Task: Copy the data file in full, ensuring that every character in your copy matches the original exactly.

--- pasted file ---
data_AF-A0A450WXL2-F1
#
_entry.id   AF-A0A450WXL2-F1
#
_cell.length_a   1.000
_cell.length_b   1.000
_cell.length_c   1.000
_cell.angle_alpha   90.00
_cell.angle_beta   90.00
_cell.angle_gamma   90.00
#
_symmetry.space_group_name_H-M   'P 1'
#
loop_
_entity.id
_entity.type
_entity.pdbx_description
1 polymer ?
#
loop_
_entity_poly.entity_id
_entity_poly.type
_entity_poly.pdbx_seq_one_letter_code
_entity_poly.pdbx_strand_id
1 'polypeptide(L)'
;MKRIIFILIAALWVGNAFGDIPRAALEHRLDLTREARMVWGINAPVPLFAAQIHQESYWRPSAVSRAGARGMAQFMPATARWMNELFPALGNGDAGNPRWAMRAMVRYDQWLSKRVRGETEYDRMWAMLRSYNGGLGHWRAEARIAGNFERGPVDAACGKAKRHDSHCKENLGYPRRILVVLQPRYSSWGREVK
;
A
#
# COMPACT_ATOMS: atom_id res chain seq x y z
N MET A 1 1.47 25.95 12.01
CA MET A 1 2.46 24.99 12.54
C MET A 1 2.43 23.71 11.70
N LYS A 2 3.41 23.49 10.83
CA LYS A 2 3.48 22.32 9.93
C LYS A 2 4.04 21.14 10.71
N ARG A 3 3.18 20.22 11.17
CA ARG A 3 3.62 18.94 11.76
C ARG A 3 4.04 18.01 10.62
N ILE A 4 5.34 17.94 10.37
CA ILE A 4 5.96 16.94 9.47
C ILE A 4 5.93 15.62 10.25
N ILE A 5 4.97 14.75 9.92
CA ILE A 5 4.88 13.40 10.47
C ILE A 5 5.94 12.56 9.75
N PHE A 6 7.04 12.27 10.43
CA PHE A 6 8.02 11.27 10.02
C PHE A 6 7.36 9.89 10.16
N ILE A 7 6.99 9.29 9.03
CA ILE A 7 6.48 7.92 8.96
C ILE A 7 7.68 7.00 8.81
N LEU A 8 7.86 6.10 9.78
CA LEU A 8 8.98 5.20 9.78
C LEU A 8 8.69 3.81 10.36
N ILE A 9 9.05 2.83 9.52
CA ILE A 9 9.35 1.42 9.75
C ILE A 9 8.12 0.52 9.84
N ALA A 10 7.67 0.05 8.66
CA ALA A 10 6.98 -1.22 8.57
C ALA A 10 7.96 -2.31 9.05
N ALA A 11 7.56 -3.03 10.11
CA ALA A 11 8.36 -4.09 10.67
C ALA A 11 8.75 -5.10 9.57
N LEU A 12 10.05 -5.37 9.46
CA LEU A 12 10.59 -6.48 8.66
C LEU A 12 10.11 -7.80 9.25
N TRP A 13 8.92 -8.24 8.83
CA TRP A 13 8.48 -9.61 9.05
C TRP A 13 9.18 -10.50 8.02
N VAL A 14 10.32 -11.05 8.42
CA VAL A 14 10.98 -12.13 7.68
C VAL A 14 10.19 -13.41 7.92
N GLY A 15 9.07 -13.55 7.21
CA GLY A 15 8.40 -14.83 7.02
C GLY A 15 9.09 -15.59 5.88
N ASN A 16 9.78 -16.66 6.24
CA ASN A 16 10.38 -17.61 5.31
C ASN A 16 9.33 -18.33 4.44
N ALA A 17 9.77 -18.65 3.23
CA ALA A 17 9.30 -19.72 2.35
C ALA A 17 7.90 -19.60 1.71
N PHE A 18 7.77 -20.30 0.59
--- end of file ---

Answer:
data_AF-A0A450WXL2-F1
#
_entry.id   AF-A0A450WXL2-F1
#
_cell.length_a   1.000
_cell.length_b   1.000
_cell.length_c   1.000
_cell.angle_alpha   90.00
_cell.angle_beta   90.00
_cell.angle_gamma   90.00
#
_symmetry.space_group_name_H-M   'P 1'
#
loop_
_entity.id
_entity.type
_entity.pdbx_description
1 polymer ?
#
loop_
_entity_poly.entity_id
_entity_poly.type
_entity_poly.pdbx_seq_one_letter_code
_entity_poly.pdbx_strand_id
1 'polypeptide(L)'
;MKRIIFILIAALWVGNAFGDIPRAALEHRLDLTREARMVWGINAPVPLFAAQIHQESYWRPSAVSRAGARGMAQFMPATARWMNELFPALGNGDAGNPRWAMRAMVRYDQWLSKRVRGETEYDRMWAMLRSYNGGLGHWRAEARIAGNFERGPVDAACGKAKRHDSHCKENLGYPRRILVVLQPRYSSWGREVK
;
A
#
# COMPACT_ATOMS: atom_id res chain seq x y z
N MET A 1 1.47 25.95 12.01
CA MET A 1 2.46 24.99 12.54
C MET A 1 2.43 23.71 11.70
N LYS A 2 3.41 23.49 10.83
CA LYS A 2 3.48 22.32 9.93
C LYS A 2 4.04 21.14 10.71
N ARG A 3 3.18 20.22 11.17
CA ARG A 3 3.62 18.94 11.76
C ARG A 3 4.04 18.01 10.62
N ILE A 4 5.34 17.94 10.37
CA ILE A 4 5.96 16.94 9.47
C ILE A 4 5.93 15.62 10.25
N ILE A 5 4.97 14.75 9.92
CA ILE A 5 4.88 13.40 10.47
C ILE A 5 5.94 12.56 9.75
N PHE A 6 7.04 12.27 10.43
CA PHE A 6 8.02 11.27 10.02
C PHE A 6 7.36 9.89 10.16
N ILE A 7 6.99 9.29 9.03
CA ILE A 7 6.48 7.92 8.96
C ILE A 7 7.68 7.00 8.81
N LEU A 8 7.86 6.10 9.78
CA LEU A 8 8.98 5.20 9.78
C LEU A 8 8.69 3.81 10.36
N ILE A 9 9.05 2.83 9.52
CA ILE A 9 9.35 1.42 9.75
C ILE A 9 8.12 0.52 9.84
N ALA A 10 7.67 0.05 8.66
CA ALA A 10 6.98 -1.22 8.57
C ALA A 10 7.96 -2.31 9.05
N ALA A 11 7.56 -3.03 10.11
CA ALA A 11 8.36 -4.09 10.67
C ALA A 11 8.75 -5.10 9.57
N LEU A 12 10.05 -5.37 9.46
CA LEU A 12 10.59 -6.48 8.66
C LEU A 12 10.11 -7.80 9.25
N TRP A 13 8.92 -8.24 8.83
CA TRP A 13 8.48 -9.61 9.05
C TRP A 13 9.18 -10.50 8.02
N VAL A 14 10.32 -11.05 8.42
CA VAL A 14 10.98 -12.13 7.68
C VAL A 14 10.19 -13.41 7.92
N GLY A 15 9.07 -13.55 7.21
CA GLY A 15 8.40 -14.83 7.02
C GLY A 15 9.09 -15.59 5.88
N ASN A 16 9.78 -16.66 6.24
CA ASN A 16 10.38 -17.61 5.31
C ASN A 16 9.33 -18.33 4.44
N ALA A 17 9.77 -18.65 3.23
CA ALA A 17 9.30 -19.72 2.35
C ALA A 17 7.90 -19.60 1.71
N PHE A 18 7.77 -20.30 0.59